Max Life drops bid for Aviva Life
May 26 2014 , Mumbai
A source close to the development told Financial Chronicle that the two private life insurance players, HDFC Life and Birla Sun Life, have entered a non-binding agreement with Aviva Life a few weeks back. “We did not see value in the deal,” said a source in Max Life Insurance.
According to a person close to the development, Aviva Life is looking at a valuation of Rs 5,000 crore, while its embedded value is estimated to be around Rs 1,800 crore.
“Aviva has a good back-book and a strong franchise in the south besides a robust distribution strength comprising agency, online and corporate relationship tie-ups. But they are asking for too much,” said an official with one of the bidders.
Aviva India is a joint venture between UK’s largest insurance group Aviva Group (26 per cent) and the Burmans of Dabur Group, who own the majority 74 per cent. Both the promoters, Burmans and Aviva, are looking to exit the business. Aviva had appointed JP Morgan and Deutsche Bank to manage the sale.
A mail sent to Aviva Life director Mohit Burman, who represents Dabur, did not elicit any response. Top officials of Aviva Life, HDFC Life and Birla Sun Life refused to comment.
“In mature markets, insurance deals normally fetch one to 1.5 times the embedded value, depending on factors such as persistency of the business, products and management. In emerging markets, you may get a higher multiple,” said an industry expert.
Embedded value of a life insurance company is the present value of future profits plus adjusted net asset value.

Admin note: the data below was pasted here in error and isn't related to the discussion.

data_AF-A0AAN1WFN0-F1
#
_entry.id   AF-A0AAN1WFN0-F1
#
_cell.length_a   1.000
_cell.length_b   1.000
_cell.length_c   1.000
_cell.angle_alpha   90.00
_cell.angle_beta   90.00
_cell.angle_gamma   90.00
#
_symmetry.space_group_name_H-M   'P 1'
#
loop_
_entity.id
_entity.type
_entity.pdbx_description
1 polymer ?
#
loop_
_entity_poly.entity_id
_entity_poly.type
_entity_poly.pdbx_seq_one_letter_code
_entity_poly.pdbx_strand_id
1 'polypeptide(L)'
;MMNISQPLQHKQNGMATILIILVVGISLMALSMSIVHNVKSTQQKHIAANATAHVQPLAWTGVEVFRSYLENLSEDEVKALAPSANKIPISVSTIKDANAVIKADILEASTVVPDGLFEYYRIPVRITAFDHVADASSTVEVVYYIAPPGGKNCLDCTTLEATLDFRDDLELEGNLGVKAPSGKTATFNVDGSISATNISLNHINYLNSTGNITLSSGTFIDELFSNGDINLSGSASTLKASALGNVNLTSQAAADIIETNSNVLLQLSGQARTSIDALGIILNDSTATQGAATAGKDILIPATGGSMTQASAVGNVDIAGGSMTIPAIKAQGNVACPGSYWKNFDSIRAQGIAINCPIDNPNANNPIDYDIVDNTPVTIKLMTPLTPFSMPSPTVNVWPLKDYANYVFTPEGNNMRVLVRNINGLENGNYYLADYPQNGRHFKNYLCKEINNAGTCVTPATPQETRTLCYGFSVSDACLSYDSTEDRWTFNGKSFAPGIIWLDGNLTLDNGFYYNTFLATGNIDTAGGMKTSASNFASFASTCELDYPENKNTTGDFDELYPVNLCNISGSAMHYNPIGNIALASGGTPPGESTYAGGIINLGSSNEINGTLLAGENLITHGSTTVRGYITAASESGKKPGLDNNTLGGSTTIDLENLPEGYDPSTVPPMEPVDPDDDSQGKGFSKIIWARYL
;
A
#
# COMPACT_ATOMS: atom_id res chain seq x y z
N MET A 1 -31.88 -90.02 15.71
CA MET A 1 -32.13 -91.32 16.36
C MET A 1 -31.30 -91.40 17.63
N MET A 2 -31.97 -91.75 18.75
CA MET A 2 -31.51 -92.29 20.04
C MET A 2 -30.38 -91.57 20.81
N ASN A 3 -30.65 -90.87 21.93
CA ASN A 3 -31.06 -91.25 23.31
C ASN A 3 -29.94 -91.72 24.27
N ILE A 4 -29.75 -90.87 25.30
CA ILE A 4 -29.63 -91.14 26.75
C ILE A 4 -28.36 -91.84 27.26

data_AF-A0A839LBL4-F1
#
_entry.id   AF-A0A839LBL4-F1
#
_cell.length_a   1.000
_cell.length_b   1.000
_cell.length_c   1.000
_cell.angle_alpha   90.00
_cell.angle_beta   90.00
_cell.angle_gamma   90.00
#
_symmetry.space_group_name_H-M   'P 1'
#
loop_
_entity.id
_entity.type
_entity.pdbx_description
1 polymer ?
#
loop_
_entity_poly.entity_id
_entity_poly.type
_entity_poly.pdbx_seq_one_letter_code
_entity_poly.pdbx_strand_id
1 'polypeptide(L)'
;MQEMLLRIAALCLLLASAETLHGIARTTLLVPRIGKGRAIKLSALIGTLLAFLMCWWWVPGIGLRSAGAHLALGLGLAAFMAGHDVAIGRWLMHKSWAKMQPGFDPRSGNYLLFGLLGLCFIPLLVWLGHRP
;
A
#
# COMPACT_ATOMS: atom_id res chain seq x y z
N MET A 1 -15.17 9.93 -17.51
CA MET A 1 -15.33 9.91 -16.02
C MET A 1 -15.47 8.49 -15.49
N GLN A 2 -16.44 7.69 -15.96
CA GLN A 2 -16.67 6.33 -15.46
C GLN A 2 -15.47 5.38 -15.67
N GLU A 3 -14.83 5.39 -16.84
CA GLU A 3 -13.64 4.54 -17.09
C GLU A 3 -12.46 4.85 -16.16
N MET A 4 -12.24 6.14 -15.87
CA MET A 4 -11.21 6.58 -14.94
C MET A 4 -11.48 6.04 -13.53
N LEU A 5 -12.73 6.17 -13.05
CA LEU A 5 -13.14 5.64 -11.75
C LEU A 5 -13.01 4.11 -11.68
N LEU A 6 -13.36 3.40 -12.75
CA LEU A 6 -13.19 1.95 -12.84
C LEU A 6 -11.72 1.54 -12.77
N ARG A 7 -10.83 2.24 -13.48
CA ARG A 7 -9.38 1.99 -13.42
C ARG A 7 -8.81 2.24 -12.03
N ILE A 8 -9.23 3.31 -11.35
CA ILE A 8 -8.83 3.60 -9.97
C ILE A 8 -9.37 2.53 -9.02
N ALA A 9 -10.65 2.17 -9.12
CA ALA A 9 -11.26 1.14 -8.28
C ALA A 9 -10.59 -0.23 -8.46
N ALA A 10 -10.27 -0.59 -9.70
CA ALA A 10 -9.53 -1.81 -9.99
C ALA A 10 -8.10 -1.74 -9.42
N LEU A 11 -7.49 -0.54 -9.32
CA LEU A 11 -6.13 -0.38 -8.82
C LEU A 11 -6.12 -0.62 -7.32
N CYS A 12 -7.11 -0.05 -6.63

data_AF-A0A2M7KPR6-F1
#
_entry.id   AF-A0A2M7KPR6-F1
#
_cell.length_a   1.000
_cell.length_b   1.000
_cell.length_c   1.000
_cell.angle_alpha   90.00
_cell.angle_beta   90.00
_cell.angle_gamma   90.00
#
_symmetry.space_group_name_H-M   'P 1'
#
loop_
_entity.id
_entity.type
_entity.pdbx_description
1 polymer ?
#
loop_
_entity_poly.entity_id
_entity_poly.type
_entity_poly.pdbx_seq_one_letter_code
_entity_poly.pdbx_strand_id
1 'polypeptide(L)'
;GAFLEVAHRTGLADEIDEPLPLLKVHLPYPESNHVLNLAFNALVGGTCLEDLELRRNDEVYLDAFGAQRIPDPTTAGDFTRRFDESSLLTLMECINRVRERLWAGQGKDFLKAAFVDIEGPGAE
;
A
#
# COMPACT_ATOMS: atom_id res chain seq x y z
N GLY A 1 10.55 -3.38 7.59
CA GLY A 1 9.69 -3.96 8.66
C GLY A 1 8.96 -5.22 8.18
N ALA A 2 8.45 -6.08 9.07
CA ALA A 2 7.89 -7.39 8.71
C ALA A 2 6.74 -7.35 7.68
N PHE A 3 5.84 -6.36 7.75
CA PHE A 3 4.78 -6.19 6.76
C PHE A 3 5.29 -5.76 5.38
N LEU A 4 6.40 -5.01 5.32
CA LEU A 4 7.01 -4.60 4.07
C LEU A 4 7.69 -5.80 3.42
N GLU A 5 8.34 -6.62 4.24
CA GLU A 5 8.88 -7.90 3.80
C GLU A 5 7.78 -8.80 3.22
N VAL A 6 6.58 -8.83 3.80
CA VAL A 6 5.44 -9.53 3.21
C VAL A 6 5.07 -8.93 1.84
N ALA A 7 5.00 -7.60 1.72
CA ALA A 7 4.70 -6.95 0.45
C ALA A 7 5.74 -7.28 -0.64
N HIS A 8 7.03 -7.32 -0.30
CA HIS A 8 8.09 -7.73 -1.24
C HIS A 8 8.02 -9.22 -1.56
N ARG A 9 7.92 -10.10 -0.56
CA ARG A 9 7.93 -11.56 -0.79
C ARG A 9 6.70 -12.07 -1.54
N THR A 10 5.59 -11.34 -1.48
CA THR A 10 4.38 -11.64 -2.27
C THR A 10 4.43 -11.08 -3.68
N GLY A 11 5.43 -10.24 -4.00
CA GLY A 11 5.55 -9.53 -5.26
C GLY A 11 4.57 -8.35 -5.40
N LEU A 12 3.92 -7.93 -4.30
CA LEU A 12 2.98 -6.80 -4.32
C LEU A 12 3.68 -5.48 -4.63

The two previous deals in the industry involving New York Life selling 26 per cent in Max New York Life to Mitsui Sumitomo and Reliance Life offloading 26 per cent to Nippon Life were valued at more than three times the embedded value.
“If deals are done in a hurry, then the acquirer gives a lower value. Take the example of Exide Industries. It paid one time the embedded value of ING Vysya Life Insurance to the sellers (ING, Hemendra Kothari and Enam Group),” added the insurance expert.
Aviva India has completed 12 years of operations. During 2013-14, it had a first-year premium of Rs 1,186.94 crore, a 14 per cent drop from Rs 1,374.79 crore in 2012-13. The insurer has bancassurance tie-ups with IndusInd Bank, DBS, RBS, Punjab and Sind Bank and several cooperative and regional rural banks. Aviva India has 14,000 financial planning advisers and 134 branches.
Globally, Aviva has been retreating from less profitable markets. Last month it sold its entire 47 per cent stake in South Korean business Woori Aviva Life Insurance. It has also announced the sale of its Turkish general insurance business Aviva Sigorata to a private equity consortium. Last year, Aviva sold its life insurance division in the US to a subsidiary of the Bermuda-based Global Atlantic Financial Group.
Several foreign players have lost patience in India due to the government’s inability to deliver on its promise to hike the foreign direct investment limit in insurance to 49 per cent.